As with all suicides this one entails a rather sad story. Legend has it that about three hundred  years ago a young lad by the name of John or George Stephens fell madly in love with a girl from the nearby village of Peter Tavy. It seems that his love was one-sided and after being rejected he wandered into the moor and took his own life by poisoning himself with deadly nightshade, other tales say he gave the girl a poisoned apple which after she took the first bite and died he ate the rest himself. Whatever the truth is it seems his body was taken to this desolate spot and buried, as suicides in olden days could not be interred in hallowed ground. For many years to follow local people avoided this spot as it was reputed to be haunted by his desperately inconsolable spirit. It was of course comforting to know that I would be spending the night on my own not far from here!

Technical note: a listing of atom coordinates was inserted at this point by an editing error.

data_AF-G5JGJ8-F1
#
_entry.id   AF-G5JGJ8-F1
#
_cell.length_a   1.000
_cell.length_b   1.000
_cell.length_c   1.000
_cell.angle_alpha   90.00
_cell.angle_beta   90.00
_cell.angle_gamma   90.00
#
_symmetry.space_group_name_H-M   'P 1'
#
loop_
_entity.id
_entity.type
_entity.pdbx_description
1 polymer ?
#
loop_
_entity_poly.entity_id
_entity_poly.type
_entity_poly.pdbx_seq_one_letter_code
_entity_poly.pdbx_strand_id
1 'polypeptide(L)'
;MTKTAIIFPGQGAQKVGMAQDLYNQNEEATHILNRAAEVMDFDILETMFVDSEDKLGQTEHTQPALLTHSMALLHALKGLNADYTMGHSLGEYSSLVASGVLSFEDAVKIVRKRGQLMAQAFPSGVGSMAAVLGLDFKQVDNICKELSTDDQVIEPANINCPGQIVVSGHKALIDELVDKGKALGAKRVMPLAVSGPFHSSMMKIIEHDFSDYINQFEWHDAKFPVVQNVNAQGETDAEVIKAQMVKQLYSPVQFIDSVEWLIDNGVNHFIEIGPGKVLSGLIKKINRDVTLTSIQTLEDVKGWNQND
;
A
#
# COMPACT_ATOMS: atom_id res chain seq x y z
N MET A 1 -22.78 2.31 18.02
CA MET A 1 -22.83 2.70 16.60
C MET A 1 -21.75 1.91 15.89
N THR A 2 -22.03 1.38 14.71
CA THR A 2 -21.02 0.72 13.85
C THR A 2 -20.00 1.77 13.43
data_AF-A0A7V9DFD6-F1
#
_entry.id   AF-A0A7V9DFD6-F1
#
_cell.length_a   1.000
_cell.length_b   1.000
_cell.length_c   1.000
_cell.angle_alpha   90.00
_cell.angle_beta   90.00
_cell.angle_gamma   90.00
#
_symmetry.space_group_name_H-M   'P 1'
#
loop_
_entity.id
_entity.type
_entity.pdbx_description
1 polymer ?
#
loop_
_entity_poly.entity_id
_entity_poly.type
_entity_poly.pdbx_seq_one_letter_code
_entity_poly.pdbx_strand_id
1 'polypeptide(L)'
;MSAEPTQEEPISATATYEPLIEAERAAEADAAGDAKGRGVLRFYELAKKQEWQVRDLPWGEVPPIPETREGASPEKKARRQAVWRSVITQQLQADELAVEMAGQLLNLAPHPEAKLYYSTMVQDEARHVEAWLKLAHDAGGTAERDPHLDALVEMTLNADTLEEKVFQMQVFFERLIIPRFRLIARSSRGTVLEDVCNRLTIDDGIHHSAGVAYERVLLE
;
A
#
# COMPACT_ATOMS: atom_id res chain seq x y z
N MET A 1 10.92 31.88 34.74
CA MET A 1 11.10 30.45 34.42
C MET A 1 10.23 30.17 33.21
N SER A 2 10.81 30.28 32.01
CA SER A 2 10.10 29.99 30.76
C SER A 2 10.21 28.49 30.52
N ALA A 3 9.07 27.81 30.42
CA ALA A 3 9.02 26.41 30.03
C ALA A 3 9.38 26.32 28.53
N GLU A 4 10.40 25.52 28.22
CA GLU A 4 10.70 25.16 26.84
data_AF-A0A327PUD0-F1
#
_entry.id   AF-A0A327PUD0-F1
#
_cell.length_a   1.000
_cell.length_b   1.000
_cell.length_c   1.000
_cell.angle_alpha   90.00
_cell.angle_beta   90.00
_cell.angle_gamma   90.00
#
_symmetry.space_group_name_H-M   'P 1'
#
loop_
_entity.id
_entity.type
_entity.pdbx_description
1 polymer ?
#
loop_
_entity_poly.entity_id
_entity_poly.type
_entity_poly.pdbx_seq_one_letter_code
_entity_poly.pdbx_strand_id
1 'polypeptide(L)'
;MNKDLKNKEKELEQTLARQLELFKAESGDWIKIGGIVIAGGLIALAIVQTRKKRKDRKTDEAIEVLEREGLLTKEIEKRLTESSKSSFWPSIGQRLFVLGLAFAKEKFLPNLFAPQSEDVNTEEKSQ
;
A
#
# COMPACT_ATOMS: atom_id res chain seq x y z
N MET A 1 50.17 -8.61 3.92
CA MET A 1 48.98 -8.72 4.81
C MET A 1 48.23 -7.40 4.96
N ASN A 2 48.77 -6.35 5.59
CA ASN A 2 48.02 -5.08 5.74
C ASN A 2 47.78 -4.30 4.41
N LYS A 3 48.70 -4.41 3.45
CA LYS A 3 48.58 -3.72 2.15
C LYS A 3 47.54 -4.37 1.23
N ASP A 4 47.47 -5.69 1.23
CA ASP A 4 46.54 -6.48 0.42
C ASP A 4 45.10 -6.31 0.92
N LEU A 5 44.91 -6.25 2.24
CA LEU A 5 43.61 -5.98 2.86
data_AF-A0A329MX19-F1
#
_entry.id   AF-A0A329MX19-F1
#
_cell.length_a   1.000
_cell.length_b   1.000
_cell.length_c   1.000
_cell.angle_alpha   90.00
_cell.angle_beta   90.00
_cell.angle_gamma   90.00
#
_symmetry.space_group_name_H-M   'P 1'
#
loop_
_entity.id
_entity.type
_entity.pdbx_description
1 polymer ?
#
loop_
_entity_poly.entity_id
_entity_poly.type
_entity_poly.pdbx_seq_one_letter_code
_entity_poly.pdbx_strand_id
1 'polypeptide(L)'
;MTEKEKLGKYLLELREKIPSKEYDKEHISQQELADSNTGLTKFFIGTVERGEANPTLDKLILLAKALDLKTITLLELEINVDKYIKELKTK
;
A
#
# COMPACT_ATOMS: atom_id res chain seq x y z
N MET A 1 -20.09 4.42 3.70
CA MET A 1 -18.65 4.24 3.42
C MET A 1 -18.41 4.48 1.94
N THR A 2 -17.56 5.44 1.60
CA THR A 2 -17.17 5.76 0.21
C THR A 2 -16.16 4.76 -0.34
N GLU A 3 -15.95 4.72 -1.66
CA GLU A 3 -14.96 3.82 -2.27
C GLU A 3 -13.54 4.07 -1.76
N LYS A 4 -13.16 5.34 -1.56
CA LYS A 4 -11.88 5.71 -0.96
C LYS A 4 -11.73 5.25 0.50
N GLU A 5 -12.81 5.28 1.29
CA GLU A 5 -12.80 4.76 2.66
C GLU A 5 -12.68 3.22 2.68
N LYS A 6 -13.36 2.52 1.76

After a quick brew and some moments of reflection into the pointlessness of it all I continued on my cheery way past White Tor Fort on my left (Which I will come to in a while) towards the Langstone standing stone. This prehistoric standing stone lies within the Military firing range, so it’s always advisable to check the range firing times unless you wish to be unexpectedly blown to pieces. You can find out what times are best to be shot at on the Dartmoor Ranges Firing Programme and timings programme.

If There’s a red flag flying I’d advise against venturing any further. And don’t pick up anything that looks like a it should be thrown at the Taliban.

Anyway, I digress. Back to the Langstone menhir. A beautiful Bronze age standing stone nearly 3 metres tall, re erected in 1893 and apparently linked to a stone row which I could see little trace of. It has a little bit of damage on it which was caused by the US army prior to the D Day landings. Seems they used it for target practice of all things.